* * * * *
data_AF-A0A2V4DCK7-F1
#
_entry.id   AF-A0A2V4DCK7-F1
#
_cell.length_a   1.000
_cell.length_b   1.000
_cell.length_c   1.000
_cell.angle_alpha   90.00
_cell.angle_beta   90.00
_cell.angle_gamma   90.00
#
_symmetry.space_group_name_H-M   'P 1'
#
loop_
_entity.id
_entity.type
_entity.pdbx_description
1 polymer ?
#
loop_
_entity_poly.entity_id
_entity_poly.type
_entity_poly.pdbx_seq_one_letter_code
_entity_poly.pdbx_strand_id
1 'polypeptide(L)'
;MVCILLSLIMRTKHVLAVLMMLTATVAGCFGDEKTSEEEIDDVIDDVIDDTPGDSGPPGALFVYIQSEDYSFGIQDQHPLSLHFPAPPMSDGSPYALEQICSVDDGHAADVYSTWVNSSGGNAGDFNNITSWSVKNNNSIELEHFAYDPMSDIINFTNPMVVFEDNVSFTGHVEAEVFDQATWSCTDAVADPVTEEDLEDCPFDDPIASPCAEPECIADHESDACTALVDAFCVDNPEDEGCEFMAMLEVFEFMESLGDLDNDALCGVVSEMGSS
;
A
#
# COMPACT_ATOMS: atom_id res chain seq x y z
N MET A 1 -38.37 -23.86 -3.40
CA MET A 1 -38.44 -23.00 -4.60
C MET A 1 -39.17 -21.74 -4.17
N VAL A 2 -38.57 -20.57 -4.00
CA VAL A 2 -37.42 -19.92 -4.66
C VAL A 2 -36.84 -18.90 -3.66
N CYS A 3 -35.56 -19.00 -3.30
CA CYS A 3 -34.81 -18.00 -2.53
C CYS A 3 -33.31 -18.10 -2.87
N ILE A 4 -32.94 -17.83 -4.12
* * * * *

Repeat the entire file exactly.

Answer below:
data_AF-A0A2V4DCK7-F1
#
_entry.id   AF-A0A2V4DCK7-F1
#
_cell.length_a   1.000
_cell.length_b   1.000
_cell.length_c   1.000
_cell.angle_alpha   90.00
_cell.angle_beta   90.00
_cell.angle_gamma   90.00
#
_symmetry.space_group_name_H-M   'P 1'
#
loop_
_entity.id
_entity.type
_entity.pdbx_description
1 polymer ?
#
loop_
_entity_poly.entity_id
_entity_poly.type
_entity_poly.pdbx_seq_one_letter_code
_entity_poly.pdbx_strand_id
1 'polypeptide(L)'
;MVCILLSLIMRTKHVLAVLMMLTATVAGCFGDEKTSEEEIDDVIDDVIDDTPGDSGPPGALFVYIQSEDYSFGIQDQHPLSLHFPAPPMSDGSPYALEQICSVDDGHAADVYSTWVNSSGGNAGDFNNITSWSVKNNNSIELEHFAYDPMSDIINFTNPMVVFEDNVSFTGHVEAEVFDQATWSCTDAVADPVTEEDLEDCPFDDPIASPCAEPECIADHESDACTALVDAFCVDNPEDEGCEFMAMLEVFEFMESLGDLDNDALCGVVSEMGSS
;
A
#
# COMPACT_ATOMS: atom_id res chain seq x y z
N MET A 1 -38.37 -23.86 -3.40
CA MET A 1 -38.44 -23.00 -4.60
C MET A 1 -39.17 -21.74 -4.17
N VAL A 2 -38.57 -20.57 -4.00
CA VAL A 2 -37.42 -19.92 -4.66
C VAL A 2 -36.84 -18.90 -3.66
N CYS A 3 -35.56 -19.00 -3.30
CA CYS A 3 -34.81 -18.00 -2.53
C CYS A 3 -33.31 -18.10 -2.87
N ILE A 4 -32.94 -17.83 -4.12